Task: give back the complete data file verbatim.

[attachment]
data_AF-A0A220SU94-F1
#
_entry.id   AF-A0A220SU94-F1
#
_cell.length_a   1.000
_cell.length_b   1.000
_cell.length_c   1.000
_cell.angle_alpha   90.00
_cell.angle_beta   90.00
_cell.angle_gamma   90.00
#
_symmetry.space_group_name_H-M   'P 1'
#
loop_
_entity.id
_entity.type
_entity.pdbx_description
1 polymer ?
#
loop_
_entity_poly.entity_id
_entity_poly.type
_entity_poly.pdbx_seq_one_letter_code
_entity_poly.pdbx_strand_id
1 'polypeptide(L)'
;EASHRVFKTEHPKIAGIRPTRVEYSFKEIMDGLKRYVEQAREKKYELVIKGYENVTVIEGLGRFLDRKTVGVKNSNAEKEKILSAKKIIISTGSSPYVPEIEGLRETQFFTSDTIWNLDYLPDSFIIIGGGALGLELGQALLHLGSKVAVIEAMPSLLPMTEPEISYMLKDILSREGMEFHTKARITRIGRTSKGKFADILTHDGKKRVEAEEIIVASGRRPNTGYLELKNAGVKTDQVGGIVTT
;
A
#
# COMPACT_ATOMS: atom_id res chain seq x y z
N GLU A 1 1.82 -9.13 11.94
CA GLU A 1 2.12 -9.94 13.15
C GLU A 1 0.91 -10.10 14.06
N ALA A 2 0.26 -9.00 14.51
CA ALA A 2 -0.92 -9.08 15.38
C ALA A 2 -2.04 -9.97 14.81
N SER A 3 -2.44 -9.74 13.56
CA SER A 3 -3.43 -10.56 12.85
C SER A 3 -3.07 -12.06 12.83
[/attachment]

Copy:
data_AF-A0A220SU94-F1
#
_entry.id   AF-A0A220SU94-F1
#
_cell.length_a   1.000
_cell.length_b   1.000
_cell.length_c   1.000
_cell.angle_alpha   90.00
_cell.angle_beta   90.00
_cell.angle_gamma   90.00
#
_symmetry.space_group_name_H-M   'P 1'
#
loop_
_entity.id
_entity.type
_entity.pdbx_description
1 polymer ?
#
loop_
_entity_poly.entity_id
_entity_poly.type
_entity_poly.pdbx_seq_one_letter_code
_entity_poly.pdbx_strand_id
1 'polypeptide(L)'
;EASHRVFKTEHPKIAGIRPTRVEYSFKEIMDGLKRYVEQAREKKYELVIKGYENVTVIEGLGRFLDRKTVGVKNSNAEKEKILSAKKIIISTGSSPYVPEIEGLRETQFFTSDTIWNLDYLPDSFIIIGGGALGLELGQALLHLGSKVAVIEAMPSLLPMTEPEISYMLKDILSREGMEFHTKARITRIGRTSKGKFADILTHDGKKRVEAEEIIVASGRRPNTGYLELKNAGVKTDQVGGIVTT
;
A
#
# COMPACT_ATOMS: atom_id res chain seq x y z
N GLU A 1 1.82 -9.13 11.94
CA GLU A 1 2.12 -9.94 13.15
C GLU A 1 0.91 -10.10 14.06
N ALA A 2 0.26 -9.00 14.51
CA ALA A 2 -0.92 -9.08 15.38
C ALA A 2 -2.04 -9.97 14.81
N SER A 3 -2.44 -9.74 13.56
CA SER A 3 -3.43 -10.56 12.85
C SER A 3 -3.07 -12.06 12.83